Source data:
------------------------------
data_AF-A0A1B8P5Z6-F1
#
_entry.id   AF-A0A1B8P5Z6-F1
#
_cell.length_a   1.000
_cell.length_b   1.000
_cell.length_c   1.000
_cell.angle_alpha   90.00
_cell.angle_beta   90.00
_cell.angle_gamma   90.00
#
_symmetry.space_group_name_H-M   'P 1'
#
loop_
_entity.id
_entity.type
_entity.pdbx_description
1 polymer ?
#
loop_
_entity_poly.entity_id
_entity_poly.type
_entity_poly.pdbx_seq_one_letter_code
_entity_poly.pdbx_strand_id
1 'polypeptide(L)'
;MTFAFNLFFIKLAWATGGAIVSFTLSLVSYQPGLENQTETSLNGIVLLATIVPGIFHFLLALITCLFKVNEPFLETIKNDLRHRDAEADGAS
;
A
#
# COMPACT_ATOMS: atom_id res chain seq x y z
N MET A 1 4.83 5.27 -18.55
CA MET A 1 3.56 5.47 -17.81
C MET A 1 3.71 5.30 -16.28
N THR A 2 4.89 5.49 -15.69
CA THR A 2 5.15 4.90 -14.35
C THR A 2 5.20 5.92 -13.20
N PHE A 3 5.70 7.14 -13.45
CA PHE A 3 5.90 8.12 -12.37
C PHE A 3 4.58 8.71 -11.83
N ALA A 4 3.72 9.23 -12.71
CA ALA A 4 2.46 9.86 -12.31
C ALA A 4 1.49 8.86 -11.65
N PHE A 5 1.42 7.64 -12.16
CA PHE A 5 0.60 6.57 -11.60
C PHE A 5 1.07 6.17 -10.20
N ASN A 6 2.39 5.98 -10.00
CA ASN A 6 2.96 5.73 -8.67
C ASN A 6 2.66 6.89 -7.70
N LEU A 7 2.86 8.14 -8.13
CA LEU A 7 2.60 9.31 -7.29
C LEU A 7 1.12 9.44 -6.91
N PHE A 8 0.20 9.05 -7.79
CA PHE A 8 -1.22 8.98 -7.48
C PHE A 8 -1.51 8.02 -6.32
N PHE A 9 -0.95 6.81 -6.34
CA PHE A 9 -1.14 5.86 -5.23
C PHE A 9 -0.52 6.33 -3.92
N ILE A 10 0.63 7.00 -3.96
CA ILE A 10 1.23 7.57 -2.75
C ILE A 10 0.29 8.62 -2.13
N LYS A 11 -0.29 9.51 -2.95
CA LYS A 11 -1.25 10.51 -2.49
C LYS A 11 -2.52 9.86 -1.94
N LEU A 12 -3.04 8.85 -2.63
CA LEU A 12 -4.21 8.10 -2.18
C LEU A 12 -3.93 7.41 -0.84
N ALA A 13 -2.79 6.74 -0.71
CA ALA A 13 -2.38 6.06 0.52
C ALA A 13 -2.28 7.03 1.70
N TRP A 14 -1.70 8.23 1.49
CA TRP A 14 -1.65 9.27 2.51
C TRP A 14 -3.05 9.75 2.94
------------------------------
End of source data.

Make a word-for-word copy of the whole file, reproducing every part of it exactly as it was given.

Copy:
data_AF-A0A1B8P5Z6-F1
#
_entry.id   AF-A0A1B8P5Z6-F1
#
_cell.length_a   1.000
_cell.length_b   1.000
_cell.length_c   1.000
_cell.angle_alpha   90.00
_cell.angle_beta   90.00
_cell.angle_gamma   90.00
#
_symmetry.space_group_name_H-M   'P 1'
#
loop_
_entity.id
_entity.type
_entity.pdbx_description
1 polymer ?
#
loop_
_entity_poly.entity_id
_entity_poly.type
_entity_poly.pdbx_seq_one_letter_code
_entity_poly.pdbx_strand_id
1 'polypeptide(L)'
;MTFAFNLFFIKLAWATGGAIVSFTLSLVSYQPGLENQTETSLNGIVLLATIVPGIFHFLLALITCLFKVNEPFLETIKNDLRHRDAEADGAS
;
A
#
# COMPACT_ATOMS: atom_id res chain seq x y z
N MET A 1 4.83 5.27 -18.55
CA MET A 1 3.56 5.47 -17.81
C MET A 1 3.71 5.30 -16.28
N THR A 2 4.89 5.49 -15.69
CA THR A 2 5.15 4.90 -14.35
C THR A 2 5.20 5.92 -13.20
N PHE A 3 5.70 7.14 -13.45
CA PHE A 3 5.90 8.12 -12.37
C PHE A 3 4.58 8.71 -11.83
N ALA A 4 3.72 9.23 -12.71
CA ALA A 4 2.46 9.86 -12.31
C ALA A 4 1.49 8.86 -11.65
N PHE A 5 1.42 7.64 -12.16
CA PHE A 5 0.60 6.57 -11.60
C PHE A 5 1.07 6.17 -10.20
N ASN A 6 2.39 5.98 -10.00
CA ASN A 6 2.96 5.73 -8.67
C ASN A 6 2.66 6.89 -7.70
N LEU A 7 2.86 8.14 -8.13
CA LEU A 7 2.60 9.31 -7.29
C LEU A 7 1.12 9.44 -6.91
N PHE A 8 0.20 9.05 -7.79
CA PHE A 8 -1.22 8.98 -7.48
C PHE A 8 -1.51 8.02 -6.32
N PHE A 9 -0.95 6.81 -6.34
CA PHE A 9 -1.14 5.86 -5.23
C PHE A 9 -0.52 6.33 -3.92
N ILE A 10 0.63 7.00 -3.96
CA ILE A 10 1.23 7.57 -2.75
C ILE A 10 0.29 8.62 -2.13
N LYS A 11 -0.29 9.51 -2.95
CA LYS A 11 -1.25 10.51 -2.49
C LYS A 11 -2.52 9.86 -1.94
N LEU A 12 -3.04 8.85 -2.63
CA LEU A 12 -4.21 8.10 -2.18
C LEU A 12 -3.93 7.41 -0.84
N ALA A 13 -2.79 6.74 -0.71
CA ALA A 13 -2.38 6.06 0.52
C ALA A 13 -2.28 7.03 1.70
N TRP A 14 -1.70 8.23 1.49
CA TRP A 14 -1.65 9.27 2.51
C TRP A 14 -3.05 9.75 2.94